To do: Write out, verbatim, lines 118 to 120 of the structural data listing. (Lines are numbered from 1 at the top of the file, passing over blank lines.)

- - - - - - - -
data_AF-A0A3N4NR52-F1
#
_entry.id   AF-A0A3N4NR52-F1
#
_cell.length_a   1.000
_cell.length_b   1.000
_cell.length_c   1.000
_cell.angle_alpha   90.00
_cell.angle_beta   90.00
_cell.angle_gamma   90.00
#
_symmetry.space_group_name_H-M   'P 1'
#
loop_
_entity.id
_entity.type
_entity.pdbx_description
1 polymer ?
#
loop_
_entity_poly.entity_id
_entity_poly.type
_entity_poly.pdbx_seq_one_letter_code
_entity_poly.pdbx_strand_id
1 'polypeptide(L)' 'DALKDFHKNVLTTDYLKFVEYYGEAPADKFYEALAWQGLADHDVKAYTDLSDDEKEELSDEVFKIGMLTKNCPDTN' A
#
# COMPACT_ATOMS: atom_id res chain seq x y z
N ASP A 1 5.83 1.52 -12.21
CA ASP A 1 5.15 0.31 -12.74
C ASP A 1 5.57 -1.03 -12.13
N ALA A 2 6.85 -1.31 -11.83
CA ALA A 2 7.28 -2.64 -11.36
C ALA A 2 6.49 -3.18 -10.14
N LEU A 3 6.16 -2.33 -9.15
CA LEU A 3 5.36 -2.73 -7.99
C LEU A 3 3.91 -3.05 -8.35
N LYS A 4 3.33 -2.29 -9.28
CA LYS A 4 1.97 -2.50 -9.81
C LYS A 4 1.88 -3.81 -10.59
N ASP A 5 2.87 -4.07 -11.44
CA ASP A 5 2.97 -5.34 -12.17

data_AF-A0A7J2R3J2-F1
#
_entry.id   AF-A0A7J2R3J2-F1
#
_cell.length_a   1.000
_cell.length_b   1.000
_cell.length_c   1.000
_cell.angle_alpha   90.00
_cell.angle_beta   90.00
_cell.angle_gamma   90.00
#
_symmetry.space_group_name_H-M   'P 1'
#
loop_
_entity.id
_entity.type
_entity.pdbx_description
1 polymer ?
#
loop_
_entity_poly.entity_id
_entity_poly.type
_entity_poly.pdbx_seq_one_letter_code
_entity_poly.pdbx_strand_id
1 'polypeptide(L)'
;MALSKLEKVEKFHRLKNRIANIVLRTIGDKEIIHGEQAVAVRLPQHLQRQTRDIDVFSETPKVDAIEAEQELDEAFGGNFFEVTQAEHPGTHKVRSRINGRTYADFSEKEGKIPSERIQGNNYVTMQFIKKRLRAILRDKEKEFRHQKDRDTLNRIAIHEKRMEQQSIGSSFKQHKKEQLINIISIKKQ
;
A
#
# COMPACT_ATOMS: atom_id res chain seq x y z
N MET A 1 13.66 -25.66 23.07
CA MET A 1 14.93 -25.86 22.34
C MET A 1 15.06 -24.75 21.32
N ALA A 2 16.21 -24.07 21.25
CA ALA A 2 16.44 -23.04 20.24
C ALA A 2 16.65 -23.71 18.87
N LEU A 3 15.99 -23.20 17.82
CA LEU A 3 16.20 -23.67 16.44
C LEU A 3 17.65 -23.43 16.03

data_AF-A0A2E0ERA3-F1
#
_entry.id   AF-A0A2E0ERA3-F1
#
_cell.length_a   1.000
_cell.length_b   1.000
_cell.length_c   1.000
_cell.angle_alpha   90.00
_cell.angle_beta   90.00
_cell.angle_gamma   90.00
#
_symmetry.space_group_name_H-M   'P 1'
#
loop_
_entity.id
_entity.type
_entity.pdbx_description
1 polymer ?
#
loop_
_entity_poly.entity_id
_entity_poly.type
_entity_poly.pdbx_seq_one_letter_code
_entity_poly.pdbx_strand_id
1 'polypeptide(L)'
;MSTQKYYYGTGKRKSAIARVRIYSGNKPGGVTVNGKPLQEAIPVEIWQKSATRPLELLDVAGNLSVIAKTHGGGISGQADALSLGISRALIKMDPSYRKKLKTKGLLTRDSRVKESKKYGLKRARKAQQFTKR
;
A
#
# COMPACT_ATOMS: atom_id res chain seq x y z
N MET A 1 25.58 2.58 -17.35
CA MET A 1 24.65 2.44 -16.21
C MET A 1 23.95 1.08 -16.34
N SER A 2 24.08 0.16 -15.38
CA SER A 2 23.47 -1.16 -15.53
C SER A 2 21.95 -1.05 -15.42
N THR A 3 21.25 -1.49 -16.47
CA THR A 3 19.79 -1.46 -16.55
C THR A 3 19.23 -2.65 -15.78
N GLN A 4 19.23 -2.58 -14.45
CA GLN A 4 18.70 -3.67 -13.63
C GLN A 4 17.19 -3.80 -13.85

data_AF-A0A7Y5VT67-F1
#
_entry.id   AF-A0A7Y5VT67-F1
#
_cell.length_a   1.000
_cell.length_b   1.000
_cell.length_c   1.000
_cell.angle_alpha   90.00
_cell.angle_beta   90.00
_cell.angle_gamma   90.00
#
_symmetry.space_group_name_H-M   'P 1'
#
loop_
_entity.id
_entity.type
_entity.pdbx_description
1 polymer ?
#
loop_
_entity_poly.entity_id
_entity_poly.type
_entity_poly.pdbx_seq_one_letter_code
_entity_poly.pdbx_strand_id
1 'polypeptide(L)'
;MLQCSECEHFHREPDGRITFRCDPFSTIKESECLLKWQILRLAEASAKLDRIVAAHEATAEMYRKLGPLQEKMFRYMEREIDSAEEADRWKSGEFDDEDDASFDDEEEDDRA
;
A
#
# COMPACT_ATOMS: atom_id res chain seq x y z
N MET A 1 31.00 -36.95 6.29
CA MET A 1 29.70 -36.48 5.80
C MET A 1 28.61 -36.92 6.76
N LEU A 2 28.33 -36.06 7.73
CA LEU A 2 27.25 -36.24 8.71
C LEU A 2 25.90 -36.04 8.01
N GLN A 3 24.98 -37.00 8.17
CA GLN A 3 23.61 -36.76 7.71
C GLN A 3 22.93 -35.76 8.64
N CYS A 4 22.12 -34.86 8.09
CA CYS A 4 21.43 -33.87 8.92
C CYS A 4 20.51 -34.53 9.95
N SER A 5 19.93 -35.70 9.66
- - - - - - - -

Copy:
CA THR A 3 19.79 -1.46 -16.55
C THR A 3 19.23 -2.65 -15.78
N GLN A 4 19.23 -2.58 -14.45